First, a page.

7 Best Practices for Searching

booleanstrings Uncategorized

While sourcing is not just about search, the search is a critical part of it. I’d like to discuss the seven Best Practices around SEARCH as the key element of sourcing.

Here you go.

1. Research before you search. If you have a job opening and are looking for candidates, figure out the title synonyms, major keywords, target companies, geography, certifications, organizations, conferences, places where “these people” hang out, especially if the role is new to you.

2. Use the correct search syntax. Search on a computer may correct your spelling using a built-in dictionary. But, unlike us humans, it will not recognize other syntax mistakes. Seemingly minor things such as a missing quotation mark or an extra space after a Google operator will produce results that you are not looking for. Search for special characters such as @&%$! is not possible on Bing or Google.

3. Refine and vary the search strings. The search process is about getting a good amount of relevant information to process. Perfectionists want to get relevant results only but it slows them down. 🙂 If you have “the wrong” results, too few or too many results, it’s a great prompt for what to do next. Refine your strings, vary the sites and approaches, and keep collecting the data.

4.  Practice. No webinars, training DVDs, tutorials, built-in strings, or help pages will lead to success unless you practice the search skills from day one. There is no magical list of N strings that you can base your searches on. Pre-cooked Boolean strings are just samples; you need your own strings.

(Please note: As of 3/18 the list of the top 25 strings is no longer available.)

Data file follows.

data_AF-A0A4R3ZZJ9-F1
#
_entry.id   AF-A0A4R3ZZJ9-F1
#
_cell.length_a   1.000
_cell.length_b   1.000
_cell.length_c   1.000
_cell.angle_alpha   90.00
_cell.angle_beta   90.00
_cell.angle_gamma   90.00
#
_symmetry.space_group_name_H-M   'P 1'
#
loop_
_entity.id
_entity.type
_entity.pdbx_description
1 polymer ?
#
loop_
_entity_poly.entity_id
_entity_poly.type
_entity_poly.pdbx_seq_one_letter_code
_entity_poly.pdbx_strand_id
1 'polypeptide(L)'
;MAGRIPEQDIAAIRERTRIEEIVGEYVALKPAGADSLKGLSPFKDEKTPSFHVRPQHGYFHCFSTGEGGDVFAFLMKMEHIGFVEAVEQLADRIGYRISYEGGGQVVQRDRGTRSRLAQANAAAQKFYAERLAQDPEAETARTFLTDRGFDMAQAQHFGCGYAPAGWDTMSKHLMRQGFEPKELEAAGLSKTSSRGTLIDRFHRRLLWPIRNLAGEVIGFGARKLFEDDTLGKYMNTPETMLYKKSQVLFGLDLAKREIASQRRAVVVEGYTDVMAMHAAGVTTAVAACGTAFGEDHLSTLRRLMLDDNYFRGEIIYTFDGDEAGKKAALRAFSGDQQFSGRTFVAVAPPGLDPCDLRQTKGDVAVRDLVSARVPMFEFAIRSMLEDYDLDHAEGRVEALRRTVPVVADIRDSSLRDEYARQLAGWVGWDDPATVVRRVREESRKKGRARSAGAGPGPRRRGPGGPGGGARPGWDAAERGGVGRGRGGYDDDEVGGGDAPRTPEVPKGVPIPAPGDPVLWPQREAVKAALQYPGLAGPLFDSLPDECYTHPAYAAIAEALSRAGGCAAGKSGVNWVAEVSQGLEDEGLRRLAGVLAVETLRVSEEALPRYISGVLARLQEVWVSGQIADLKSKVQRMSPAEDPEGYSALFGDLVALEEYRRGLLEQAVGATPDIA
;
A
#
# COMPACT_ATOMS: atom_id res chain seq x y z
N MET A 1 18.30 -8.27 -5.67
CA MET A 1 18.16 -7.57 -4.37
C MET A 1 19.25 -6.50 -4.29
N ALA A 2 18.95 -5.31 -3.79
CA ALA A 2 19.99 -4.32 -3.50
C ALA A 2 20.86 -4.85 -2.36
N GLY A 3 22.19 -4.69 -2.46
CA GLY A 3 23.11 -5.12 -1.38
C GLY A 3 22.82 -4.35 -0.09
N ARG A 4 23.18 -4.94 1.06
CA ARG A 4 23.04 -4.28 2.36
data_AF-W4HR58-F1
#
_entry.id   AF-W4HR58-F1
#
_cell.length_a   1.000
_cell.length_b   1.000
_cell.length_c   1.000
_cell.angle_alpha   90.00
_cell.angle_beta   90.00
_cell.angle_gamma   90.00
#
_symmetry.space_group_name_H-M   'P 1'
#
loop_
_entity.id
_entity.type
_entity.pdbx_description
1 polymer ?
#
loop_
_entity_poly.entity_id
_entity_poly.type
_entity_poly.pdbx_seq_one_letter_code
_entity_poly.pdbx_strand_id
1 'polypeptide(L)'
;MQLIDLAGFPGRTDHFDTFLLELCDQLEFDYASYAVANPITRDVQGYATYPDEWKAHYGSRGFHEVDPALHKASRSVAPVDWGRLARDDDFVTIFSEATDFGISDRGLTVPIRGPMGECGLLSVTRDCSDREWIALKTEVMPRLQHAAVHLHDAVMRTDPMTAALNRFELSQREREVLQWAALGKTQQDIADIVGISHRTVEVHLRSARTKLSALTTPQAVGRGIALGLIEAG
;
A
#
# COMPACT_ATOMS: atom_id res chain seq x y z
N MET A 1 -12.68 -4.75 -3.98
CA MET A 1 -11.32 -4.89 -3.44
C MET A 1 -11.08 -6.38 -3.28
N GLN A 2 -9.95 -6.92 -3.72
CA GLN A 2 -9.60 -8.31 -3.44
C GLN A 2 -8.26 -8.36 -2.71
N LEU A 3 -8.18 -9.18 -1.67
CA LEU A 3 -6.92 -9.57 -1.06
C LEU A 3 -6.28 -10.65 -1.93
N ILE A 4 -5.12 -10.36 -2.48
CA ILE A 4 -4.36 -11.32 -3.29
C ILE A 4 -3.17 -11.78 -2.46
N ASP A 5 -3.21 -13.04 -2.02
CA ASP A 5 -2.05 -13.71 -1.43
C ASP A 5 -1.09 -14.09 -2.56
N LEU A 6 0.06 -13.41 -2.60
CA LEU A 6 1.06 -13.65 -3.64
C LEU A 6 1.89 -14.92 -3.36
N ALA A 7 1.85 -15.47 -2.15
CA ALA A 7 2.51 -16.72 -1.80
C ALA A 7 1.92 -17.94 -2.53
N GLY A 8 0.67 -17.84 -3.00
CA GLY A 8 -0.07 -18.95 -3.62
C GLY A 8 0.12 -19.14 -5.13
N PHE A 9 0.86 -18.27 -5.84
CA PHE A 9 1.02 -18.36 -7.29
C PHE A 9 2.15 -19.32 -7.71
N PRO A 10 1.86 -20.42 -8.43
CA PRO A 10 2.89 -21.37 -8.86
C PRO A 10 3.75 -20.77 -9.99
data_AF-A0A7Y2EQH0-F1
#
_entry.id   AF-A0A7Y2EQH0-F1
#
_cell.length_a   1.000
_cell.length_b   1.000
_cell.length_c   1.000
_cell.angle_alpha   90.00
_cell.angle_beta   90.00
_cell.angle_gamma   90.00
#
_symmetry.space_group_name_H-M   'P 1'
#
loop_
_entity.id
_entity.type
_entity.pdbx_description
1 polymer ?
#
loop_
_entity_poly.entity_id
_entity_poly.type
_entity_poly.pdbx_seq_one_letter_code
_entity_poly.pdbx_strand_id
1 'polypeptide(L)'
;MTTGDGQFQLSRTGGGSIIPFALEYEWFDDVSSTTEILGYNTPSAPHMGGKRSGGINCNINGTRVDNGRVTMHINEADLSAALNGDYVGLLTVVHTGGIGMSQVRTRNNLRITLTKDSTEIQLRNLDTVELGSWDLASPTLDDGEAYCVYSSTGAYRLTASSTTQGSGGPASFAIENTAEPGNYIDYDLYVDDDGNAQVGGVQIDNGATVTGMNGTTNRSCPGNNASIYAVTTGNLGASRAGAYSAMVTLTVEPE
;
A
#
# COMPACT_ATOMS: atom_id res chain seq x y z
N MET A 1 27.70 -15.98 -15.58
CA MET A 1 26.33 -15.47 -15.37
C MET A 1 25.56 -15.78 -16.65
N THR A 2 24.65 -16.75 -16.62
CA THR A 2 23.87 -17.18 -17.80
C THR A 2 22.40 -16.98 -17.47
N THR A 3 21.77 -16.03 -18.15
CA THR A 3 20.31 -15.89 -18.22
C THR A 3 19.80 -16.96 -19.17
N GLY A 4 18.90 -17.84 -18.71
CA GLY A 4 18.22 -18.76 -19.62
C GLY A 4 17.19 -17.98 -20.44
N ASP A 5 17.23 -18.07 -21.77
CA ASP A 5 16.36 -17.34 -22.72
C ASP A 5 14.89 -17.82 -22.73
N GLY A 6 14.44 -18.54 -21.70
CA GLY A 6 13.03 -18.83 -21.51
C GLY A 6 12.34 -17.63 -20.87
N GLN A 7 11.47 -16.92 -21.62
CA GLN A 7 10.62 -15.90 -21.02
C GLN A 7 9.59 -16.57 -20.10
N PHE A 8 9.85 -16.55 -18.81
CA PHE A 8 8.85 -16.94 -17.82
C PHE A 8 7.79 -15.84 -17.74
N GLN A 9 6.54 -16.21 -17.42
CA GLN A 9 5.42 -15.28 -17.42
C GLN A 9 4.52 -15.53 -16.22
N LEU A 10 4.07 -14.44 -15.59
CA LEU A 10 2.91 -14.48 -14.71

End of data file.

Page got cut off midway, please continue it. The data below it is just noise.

5. Search only for part of information. Some keywords like the state of OR are a bit hard to find. Qualities such as the degree or years of experience may be challenging to spell out in a search string. You will have a chance to screen the results for those qualities.

6. Automate the parsing, not the search. Search shortcuts, systems with hidden Boolean syntax, meta-search engines and systems that find resumes based on a job description (imagine that!) may sound good. However, if you use them you will be missing results. What is great to automate is the information collection, sorting and parsing.  I use browser add-ons to auto-scroll, parsers to extract files or contact information and MS Excel to sort and filter.

7. Cross-reference. We’ve long moved beyond just searching for resumes. There are profiles, lists with contact information, blogs and forums rich with traces of potential candidates. These candidates have “distributed profiles“. As an example, I often find people in Jigsaw and Zoominfo, then look them up on LinkedIn, pipl.com, Google and Bing.

Thanks for reading! Feedback and comment are very welcome.